Inside Issue 7: Aleksey Kondratyev and Marco Arguello talk about thermoception

Ice Fishers 25

“August 13, 2018 The sun, high in the sky, warms and toasts tourists and swimmers on the shore. On the contrary, the water of the sea today is really icy. Despite the scorching weather, I can hardly resist soaking for more than a few minutes. But, wait. I have an idea to warm things up a bit…

The pleasure of peeing in the sea (albeit not shared by everyone) has deep atavistic roots. Not everybody knows that the amniotic fluid that hosts the fetus in the womb is composed for the most part from the urine of the future child, mixed with small parts of feces. The sense of temperature – or thermoception – is not among the five most renowned, nevertheless it is quite important. It is perhaps the first with which we relate to this world, while the others are still numb. The temperature in the delivery room is in fact well below the 37 degrees of the womb, and it is precisely among the tremors in this unfriendly environment that the most extreme of the challenge takes place: the first breath through the lungs.

Thereafter, feelings of heat and cold accompany us throughout our entire life… […]

The response time to thermal stimuli varies depending on the intensity of the stimulus and the required response. Sensations related to a sudden temperature variation are transmitted much faster than the others, to preserve tissues from injuries. Sometimes, however, all the speed in this world is not enough to prevent us from doing dumb things…

The thermometer rises above 40° C. I feel cold and sweat at the same time. It looks like my head it’s about to explode at any moment. The only relief? A wet patch on the forehead, for the little time it takes before becoming hot. My mind is to- tally at the mercy of the body. In half-sleep, I enter my usual “fever nightmare”. A monster-truck runs over me repeatedly while I’m falling into an endless dark ravine. Then, a tennis ball rushes towards me, becoming bigger and bigger. Finally, my body inflates endlessly like a balloon. And it starts over and over again. […]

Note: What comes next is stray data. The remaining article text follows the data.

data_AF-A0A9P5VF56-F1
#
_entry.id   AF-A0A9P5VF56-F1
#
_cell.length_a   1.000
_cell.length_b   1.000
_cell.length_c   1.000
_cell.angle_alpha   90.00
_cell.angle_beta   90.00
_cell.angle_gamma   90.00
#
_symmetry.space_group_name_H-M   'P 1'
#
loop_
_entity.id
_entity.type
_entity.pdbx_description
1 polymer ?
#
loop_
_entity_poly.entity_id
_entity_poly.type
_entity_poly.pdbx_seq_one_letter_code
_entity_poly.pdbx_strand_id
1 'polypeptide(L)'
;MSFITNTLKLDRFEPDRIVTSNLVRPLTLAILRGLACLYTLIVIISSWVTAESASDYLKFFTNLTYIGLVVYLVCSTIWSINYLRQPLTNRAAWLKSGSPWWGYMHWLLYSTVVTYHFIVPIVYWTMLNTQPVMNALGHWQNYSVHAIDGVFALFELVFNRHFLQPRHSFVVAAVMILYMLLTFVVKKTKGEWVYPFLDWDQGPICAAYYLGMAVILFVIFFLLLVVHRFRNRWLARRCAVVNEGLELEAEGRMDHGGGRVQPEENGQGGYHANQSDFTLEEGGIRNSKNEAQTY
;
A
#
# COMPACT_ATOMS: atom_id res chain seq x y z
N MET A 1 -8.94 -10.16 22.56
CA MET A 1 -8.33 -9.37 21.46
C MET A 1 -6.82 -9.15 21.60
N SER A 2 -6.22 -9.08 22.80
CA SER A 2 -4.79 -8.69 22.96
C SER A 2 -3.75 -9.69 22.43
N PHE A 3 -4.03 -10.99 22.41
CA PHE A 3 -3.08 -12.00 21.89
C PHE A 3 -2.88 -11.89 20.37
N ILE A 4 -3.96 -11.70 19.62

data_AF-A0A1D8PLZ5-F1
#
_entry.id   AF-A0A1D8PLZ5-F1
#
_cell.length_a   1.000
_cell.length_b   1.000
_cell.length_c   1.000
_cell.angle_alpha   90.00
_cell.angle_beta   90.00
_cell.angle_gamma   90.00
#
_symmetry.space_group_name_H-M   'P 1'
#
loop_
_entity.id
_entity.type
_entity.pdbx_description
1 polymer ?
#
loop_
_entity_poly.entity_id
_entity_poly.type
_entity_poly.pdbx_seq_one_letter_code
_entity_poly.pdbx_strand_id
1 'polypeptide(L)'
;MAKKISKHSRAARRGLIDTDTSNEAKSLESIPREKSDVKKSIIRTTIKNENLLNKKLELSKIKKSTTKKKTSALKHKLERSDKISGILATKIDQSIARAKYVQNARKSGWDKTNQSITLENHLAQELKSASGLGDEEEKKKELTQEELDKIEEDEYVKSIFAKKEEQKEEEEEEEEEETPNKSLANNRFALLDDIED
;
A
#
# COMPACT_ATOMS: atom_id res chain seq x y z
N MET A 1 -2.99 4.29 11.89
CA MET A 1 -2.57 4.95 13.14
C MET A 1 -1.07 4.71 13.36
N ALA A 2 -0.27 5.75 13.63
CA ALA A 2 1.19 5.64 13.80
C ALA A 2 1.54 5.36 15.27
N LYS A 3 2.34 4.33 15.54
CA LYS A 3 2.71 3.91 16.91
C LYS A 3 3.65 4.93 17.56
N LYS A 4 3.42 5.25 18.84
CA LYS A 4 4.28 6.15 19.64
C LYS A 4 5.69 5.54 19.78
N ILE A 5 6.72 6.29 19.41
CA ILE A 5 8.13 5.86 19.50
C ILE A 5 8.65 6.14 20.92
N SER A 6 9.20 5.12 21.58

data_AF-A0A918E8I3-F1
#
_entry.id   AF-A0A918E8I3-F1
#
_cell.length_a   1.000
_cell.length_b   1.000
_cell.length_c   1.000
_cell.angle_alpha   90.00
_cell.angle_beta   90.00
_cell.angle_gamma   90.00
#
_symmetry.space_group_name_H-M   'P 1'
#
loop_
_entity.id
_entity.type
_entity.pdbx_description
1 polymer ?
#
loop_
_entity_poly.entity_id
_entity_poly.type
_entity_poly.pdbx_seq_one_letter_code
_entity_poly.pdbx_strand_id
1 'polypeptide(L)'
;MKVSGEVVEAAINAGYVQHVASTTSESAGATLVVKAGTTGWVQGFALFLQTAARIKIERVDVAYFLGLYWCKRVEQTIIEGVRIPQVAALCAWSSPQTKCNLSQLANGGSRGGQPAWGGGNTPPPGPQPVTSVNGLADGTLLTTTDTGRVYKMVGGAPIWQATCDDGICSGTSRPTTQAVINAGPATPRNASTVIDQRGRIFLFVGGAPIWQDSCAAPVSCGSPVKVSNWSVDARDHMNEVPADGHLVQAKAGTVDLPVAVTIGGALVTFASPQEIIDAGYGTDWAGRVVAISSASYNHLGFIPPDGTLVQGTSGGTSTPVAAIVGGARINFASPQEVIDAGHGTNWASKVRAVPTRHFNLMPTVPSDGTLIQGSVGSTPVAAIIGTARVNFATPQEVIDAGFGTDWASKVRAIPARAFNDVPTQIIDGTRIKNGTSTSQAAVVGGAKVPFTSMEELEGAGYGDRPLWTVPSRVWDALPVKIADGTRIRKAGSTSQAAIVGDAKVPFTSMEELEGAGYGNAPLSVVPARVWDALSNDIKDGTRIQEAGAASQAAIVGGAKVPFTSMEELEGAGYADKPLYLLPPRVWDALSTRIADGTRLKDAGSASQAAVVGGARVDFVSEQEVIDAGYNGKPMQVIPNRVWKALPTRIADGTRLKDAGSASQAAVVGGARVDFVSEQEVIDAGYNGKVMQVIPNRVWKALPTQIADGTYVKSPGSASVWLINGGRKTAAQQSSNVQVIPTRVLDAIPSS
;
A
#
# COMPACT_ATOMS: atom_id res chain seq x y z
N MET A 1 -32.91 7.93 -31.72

Basically, we have no other access to the world than through our senses. Sight, hearing, taste, touch and smell, the best known. But also thermoception (sense of temperature), no ciception (sense of pain) and proprioception (sense of one’s body). Buddhists also add the mind to the list. I’d recommend to directors of multisensory movies to do the same. It is inde- ed the mind that selects, among the millions of stimuli that we receive, the only ones to be paid attention to. In fact, the- re’s no inherent meaning in sensory information: it’s what we do with that information that matters. It’s not by chance that people born without one sense (such as hearing or sight) are better inclined to develop the other ones, far above the ave- rage. “I can see much clearer now I’m blind”, was said by Al- fredo in the movie “Nuovo Cinema Paradiso”. You may argue: but it was only a 2D movie…

“Beauty is no quality in things themselves: It exists merely in the mind which contemplates them; and each mind perceives it differently” said David Hume. Senses are just means to see that beauty. Thermoception makes no exception. By switching off your auto-pilot, you become more aware of your senses. You may find out that every sensation, as gentle or harsh can it be, plays an important role in this game called “life”. Then, if you are persistent and lucky enough, you will find yourself into a real “augmented reality” experience.”

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Photo by Marco Arguello

Marcoarguello C41 2

Photo by Marco Arguello


Photo by Marco Arguello

Ice Fishers 31

Photo by Aleksey Kondratyev

Ice Fishers 02

Photo by Aleksey Kondratyev

Time to read
3 min
Words by
Published on
28 December 2018
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